Submitted: March 26, 2012

Revised and accepted: April 24, 2012

Adilson Ramos

» Associate Professor, Department of Dentistry, State University of Maringá.

» MSc, FOB-USP and PhD in Orthodontics, UNESP-Araraquara.

» Former editor-in-chief of Dental Press Journal of Orthodontics (2003 – 2006).

Bruno Furquim

» MSc in Orthodontics, Bauru School of Dentistry / University of São Paulo.

» PhD student of Oral Rehabilitation, Bauru School of Dentistry / University of São Paulo.

James McNamara

» PhD in Anatomy, University of Michigan.

» Diplomate of the American Board of Orthodontics.

» Professor of Cell and Development Biology and Dentistry, University of Michigan.

» Researcher at the Center for Human Growth and Development, University of Michigan.

» Editor-in-chief of Craniofacial Growth Monograph Series, University of Michigan.

» Former President of Midwest Edward H. Angle Society of Orthodontists.

João Milki Neto

» Specialist in Oral and Maxillofacial Surgery by UniEVANGÉLICA (Anápolis).

» MSc in Oral and Maxillofacial Surgery, University of Brasília.

» PhD in Implantology, USC (Bauru).

» Professor of Oral and Maxillofacial Surgery, University of Brasília.

Jorge Faber

» Editor-in-chief of the Journal of the World Federation of Orthodontists and former Editor-in-chief of the Dental Press Journal of Orthodontics.

» Adjunct Professor in Orthodontics, University of Brasília.

» PhD in Biology – Morphology, University of Brasília.

» MSc in Orthodontics, Federal University of Rio de Janeiro.

» Receiver of the Best Case Report in 2010 award for the best case report published in 2009 in the AJO-DO, apart from other prizes.

» Published over 70 articles in scientific journals.

Leopoldino Capelozza Filho

» MSc in Orthodontics, FOB-USP.

» PhD in Oral Rehabilitation/ ​Periodontics, FOB-USP.

» Coordinator of the Specialization Course in Orthodontics, Profis and USC.

» Professor of Post-graduation course in Orthodontics, USC.

» Founder and responsible for the orthodontic department "Centrinho" HRAC-USP.

» Author of Diagnóstico em Ortodontia e Metas Terapêuticas Individualizadas, also developed the individualized prescriptions for Capelozza' Straight-Wire technique.

Maurício Sakima

» Assistant Professor and PhD, Department of Child Dentistry, School of Dentistry, UNESP - Araraquara.

» MSc and PhD in Orthodontics, FOAR / UNESP.

» Post-doctorate, Royal Dental College - University of Aarhus, Denmark.

» Patients displayed in this interview previously approved the use of their images.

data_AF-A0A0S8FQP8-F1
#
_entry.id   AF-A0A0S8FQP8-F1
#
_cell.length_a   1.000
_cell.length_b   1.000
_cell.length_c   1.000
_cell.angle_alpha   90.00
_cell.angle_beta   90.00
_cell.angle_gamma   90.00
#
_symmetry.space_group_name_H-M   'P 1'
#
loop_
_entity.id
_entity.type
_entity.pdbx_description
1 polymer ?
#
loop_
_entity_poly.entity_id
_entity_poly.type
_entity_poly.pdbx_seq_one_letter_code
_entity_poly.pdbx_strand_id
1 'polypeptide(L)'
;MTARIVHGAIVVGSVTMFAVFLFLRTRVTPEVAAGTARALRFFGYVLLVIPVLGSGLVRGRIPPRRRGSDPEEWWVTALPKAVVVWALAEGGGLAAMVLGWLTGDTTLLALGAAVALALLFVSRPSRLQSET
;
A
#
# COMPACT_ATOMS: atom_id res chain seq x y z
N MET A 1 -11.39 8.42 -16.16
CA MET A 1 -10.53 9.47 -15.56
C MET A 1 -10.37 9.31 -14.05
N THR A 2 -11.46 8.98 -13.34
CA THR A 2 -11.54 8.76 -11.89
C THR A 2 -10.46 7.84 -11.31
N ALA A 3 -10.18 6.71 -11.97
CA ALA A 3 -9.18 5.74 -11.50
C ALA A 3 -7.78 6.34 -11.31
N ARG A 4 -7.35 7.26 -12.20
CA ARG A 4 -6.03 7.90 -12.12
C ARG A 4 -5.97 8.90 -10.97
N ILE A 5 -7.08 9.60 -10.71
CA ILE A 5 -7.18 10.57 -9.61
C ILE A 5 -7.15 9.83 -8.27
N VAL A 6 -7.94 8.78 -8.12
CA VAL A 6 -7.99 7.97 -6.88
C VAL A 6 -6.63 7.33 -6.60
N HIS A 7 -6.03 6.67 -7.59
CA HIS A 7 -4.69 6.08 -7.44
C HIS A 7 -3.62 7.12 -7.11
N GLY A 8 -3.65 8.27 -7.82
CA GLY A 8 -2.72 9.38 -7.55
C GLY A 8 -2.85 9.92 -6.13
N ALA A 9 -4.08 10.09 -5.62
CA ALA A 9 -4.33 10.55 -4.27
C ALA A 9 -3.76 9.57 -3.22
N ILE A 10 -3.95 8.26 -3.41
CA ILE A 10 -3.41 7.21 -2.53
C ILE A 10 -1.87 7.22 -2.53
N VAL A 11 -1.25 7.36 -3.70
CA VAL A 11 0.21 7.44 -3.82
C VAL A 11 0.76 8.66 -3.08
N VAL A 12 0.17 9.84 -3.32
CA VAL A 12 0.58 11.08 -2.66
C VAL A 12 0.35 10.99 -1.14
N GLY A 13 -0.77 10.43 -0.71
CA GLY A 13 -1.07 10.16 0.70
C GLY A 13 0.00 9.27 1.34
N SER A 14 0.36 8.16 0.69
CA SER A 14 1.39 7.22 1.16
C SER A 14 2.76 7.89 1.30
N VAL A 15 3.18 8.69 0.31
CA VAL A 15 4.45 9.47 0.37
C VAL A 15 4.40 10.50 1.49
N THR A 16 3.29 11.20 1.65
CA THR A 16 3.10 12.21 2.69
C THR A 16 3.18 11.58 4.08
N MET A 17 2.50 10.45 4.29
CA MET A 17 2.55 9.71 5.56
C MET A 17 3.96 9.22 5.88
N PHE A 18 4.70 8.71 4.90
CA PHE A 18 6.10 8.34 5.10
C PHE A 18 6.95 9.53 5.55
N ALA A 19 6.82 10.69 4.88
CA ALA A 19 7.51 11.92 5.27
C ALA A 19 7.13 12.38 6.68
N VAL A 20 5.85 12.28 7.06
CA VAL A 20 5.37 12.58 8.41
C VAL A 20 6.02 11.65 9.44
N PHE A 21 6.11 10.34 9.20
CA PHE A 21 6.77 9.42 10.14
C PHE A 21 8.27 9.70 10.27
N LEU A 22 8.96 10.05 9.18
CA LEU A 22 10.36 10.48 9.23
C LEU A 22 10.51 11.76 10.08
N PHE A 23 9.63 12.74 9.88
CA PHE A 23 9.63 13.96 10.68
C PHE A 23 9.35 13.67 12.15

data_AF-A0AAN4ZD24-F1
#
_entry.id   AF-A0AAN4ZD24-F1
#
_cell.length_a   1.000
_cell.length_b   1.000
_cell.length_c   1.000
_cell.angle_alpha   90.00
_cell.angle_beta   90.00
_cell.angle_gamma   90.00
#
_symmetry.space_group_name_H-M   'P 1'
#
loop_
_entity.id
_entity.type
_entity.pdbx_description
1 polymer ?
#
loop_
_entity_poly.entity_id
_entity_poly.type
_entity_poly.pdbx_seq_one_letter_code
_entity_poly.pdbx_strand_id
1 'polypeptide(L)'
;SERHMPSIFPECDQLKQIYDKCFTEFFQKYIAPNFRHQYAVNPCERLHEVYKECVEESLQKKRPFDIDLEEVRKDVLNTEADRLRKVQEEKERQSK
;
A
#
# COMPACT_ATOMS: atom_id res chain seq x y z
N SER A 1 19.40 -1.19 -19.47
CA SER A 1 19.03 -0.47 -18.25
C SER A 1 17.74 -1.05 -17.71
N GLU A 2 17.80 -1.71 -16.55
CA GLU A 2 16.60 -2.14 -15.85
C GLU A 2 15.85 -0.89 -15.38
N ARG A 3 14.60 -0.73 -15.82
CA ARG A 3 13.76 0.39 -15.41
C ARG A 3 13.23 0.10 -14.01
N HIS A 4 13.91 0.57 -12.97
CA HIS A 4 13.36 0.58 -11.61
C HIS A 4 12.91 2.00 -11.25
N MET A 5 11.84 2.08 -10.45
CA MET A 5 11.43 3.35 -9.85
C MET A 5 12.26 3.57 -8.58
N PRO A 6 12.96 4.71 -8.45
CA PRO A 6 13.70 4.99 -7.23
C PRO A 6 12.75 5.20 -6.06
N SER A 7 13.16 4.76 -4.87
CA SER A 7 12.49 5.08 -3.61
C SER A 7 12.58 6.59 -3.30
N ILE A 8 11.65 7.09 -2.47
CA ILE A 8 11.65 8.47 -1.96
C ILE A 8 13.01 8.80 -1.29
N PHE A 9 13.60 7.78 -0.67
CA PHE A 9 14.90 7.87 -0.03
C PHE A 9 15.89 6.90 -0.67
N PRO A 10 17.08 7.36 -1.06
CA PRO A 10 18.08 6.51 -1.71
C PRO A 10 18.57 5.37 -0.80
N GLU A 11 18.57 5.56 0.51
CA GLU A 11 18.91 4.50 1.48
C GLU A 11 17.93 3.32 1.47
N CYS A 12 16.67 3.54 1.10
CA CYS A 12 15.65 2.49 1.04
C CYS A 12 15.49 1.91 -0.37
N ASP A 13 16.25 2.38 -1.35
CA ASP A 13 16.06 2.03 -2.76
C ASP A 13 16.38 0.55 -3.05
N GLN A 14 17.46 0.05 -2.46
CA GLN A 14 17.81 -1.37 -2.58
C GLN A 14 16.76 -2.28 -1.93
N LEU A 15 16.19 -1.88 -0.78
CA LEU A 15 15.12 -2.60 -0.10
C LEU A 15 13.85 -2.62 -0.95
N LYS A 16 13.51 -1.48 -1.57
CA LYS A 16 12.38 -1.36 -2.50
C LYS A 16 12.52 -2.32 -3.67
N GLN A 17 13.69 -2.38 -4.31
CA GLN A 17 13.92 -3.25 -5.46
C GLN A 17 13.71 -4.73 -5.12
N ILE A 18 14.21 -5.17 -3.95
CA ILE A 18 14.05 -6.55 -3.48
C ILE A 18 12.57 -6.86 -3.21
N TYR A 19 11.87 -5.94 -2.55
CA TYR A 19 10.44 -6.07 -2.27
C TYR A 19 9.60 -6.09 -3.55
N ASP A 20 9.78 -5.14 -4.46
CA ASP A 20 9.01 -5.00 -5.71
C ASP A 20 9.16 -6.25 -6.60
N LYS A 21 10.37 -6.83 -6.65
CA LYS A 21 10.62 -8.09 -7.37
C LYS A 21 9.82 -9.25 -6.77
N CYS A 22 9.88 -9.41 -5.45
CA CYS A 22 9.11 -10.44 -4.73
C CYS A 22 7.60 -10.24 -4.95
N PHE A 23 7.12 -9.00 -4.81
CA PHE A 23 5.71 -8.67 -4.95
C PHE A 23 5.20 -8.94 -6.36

• 1. Nguyen T, Cevidanes L, Cornelis MA, Heymann G, de Paula LK, De Clerck H. Three-dimensional assessment of maxillary changes associated with bone anchored maxillary protraction. Am J Orthod Dentofacial Orthop. 2011 Dec;140(6):790-8.
  • 2. Baccetti T, De Clerck HJ, Cevidanes LH, Franchi L. Morphometric analysis of treatment effects of bone-anchored maxillary protraction in growing Class III patients. Eur J Orthod. 2011 Apr;33(2):121-5. Epub 2010 Dec 27.
  • 3. De Clerck H, Cevidanes L, Baccetti T. Dentofacial effects of bone-anchored maxillary protraction: a controlled study of consecutively treated Class III patients. Am J Orthod Dentofacial Orthop. 2010 Nov;138(5):577-81.
  • 4. Cevidanes L, Baccetti T, Franchi L, McNamara JA Jr, De Clerck H. Comparison of two protocols for maxillary protraction: bone anchors versus face mask with rapid maxillary expansion. Angle Orthod. 2010 Sep;80(5):799-806.
  • 5. Heymann GC, Cevidanes L, Cornelis M, De Clerck HJ, Tulloch JF. Three-dimensional analysis of maxillary protraction with intermaxillary elastics to miniplates. Am J Orthod Dentofacial Orthop. 2010 Feb;137(2):274-84.
  • 6. De Clerck HJ, Cornelis MA, Cevidanes LH, Heymann GC, Tulloch CJ. Orthopedic traction of the maxilla with miniplates: a new perspective for treatment of midface deficiency. J Oral Maxillofac Surg. 2009 Oct;67(10):2123-9.
  • 7. Cornelis MA, Scheffler NR, Mahy P, Siciliano S, De Clerck HJ, Tulloch JF. Modified miniplates for temporary skeletal anchorage in orthodontics: placement and removal surgeries. J Oral Maxillofac Surg. 2008 Jul;66(7):1439-45.

Publication Dates

  • Publication in this collection
    16 Aug 2012
  • Date of issue
    June 2012